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Presentation on theme: "UV-Vis SPECRTOSCOPY."— Presentation transcript:


2 What is UV-VIS Spectroscopy?
Ultraviolet-visible spectroscopy or ultraviolet-visible spectrophotometry refers to absorption spectroscopy or reflectance spectroscopy in the ultraviolet-visible spectral region. It analyses many substances on how they absorb wavelengths of light which can then be used to identify what compound they are make up of. When a substance absorbs light is appears a colour. The colour absorbed is the complementary colour of what it appears (it absorbs every other wavelength than the one it appears) . For example: chlorophyll- the pigment in green plants appears green since it absorbs violet and red light and not green which is reflected off the compound.

3 How does it work? It works by a light passing through a solution. The higher the concentration of the solution the more light is absorbed. Light of a certain wavelength and energy is reflected onto the sample, which absorbs an amount of energy from the light. The energy of the light transmitted from the sample is measured, which calculates the absorbance of the sample. After the light source is a monochromator which filters the light and selects a specific wavelength by using either a prism or a diffraction grating. After the monochromator is a series of lenses, slits, mirrors, and filters that concentrate, increase spectral purity and direct the light towards the sample containing the solutions to be tested. A detector calculates the amount of light being absorbed in the sample and the amount of light that goes through then helps analyse concentration of the sample.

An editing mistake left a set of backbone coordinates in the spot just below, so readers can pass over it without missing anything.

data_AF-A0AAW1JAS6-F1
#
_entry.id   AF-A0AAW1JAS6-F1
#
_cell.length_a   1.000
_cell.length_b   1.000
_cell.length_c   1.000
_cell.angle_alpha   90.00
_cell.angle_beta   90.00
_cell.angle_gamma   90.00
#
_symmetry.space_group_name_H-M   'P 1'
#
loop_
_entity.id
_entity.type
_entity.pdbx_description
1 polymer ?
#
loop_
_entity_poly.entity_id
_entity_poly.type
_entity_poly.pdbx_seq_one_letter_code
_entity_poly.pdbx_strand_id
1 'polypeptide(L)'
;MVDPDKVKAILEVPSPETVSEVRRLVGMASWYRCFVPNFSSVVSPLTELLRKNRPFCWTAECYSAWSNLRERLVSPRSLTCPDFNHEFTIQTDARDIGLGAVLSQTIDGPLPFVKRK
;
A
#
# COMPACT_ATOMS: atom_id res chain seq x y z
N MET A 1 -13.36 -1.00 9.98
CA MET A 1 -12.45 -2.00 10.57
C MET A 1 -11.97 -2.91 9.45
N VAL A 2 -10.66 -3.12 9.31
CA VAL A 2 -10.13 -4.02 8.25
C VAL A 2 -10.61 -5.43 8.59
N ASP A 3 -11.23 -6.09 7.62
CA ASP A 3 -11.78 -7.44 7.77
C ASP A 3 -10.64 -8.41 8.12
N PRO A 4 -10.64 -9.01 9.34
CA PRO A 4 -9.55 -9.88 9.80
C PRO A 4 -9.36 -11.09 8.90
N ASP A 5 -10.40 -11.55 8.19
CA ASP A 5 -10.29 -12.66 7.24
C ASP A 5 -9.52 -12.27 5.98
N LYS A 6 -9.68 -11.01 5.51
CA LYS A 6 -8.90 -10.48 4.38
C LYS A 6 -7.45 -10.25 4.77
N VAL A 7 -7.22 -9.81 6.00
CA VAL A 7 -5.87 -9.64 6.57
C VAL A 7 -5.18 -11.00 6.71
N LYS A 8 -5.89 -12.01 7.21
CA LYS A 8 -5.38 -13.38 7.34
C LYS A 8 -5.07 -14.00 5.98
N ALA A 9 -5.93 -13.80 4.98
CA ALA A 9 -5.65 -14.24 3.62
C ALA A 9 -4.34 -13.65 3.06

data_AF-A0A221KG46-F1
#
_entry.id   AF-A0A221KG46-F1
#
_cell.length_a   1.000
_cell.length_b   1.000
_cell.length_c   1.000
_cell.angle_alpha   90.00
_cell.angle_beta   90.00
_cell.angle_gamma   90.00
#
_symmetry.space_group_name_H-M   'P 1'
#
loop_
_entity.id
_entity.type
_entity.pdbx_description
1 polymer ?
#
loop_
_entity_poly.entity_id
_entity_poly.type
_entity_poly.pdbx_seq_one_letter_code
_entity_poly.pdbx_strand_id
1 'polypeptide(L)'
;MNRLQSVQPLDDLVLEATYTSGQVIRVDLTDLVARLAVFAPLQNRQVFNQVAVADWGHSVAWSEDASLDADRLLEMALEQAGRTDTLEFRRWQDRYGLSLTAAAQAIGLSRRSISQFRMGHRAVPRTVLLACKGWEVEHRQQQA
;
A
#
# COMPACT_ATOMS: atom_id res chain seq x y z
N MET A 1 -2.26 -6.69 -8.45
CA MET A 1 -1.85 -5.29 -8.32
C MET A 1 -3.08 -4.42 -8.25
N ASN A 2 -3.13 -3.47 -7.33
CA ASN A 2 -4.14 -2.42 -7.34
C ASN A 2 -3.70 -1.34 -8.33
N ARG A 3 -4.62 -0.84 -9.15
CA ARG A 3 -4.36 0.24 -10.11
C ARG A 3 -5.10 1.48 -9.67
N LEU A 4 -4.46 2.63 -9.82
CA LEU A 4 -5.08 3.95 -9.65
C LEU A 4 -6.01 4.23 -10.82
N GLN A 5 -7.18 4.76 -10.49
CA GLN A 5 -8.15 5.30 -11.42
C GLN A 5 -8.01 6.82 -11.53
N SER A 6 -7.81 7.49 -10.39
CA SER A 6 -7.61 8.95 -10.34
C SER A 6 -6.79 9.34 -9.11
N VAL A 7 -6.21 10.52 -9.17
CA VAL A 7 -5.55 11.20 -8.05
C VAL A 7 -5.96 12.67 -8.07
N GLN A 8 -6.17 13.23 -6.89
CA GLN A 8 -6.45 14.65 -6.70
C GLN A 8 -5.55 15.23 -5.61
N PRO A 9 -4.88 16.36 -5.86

4 A Typical Uv-vis Spectrometer

5 Design Features UV-VIS Spectrometers have either a single or double beam in the instrument. A single beam will only have a place for one sample to be run at a time, whereas, a double beam has two beams where an unknown and reference sample can be run at the same time. Usually in a UV Spectrometer there are two light sources: one gives out visible light and the other gives out UV light. Tungsten is usually used as the visible light and deuterium lamp is usually used as the UV light. A mirror opposite these light sources directs like from the source to the monochromator. The monochromator splits the light into wavelengths. This scans through the sample and the wavelengths- this is done by a grater which rotates. The wanted wavelength is then split into two parts- one part goes through the sample and the other through the reference cell. Both wavelengths once pasted through each sample is reflected onto a detector, then this data is sent to the computer where it is graphed. The instrument has a lid that is shut once the sample and blank are placed in so that no light from the outside can interfere with the experiment. A computer controls the whole instrument.

6 Diagram of a UV-VIS Spectrometer

7 Process Sample is dissolved in a solvent
Sample is placed in a test cell Pure blank= reference cell The cells are made form a special kind of glass which is able to transmit UV light A spectrum is obtained by measuring the absorbance against a range of frequencies This spectrum can then be compare to a known spectra for the substances in the sample.

8 Simple diagram of how a UV-VIS Spectrometer works.

9 The Chemistry behind it all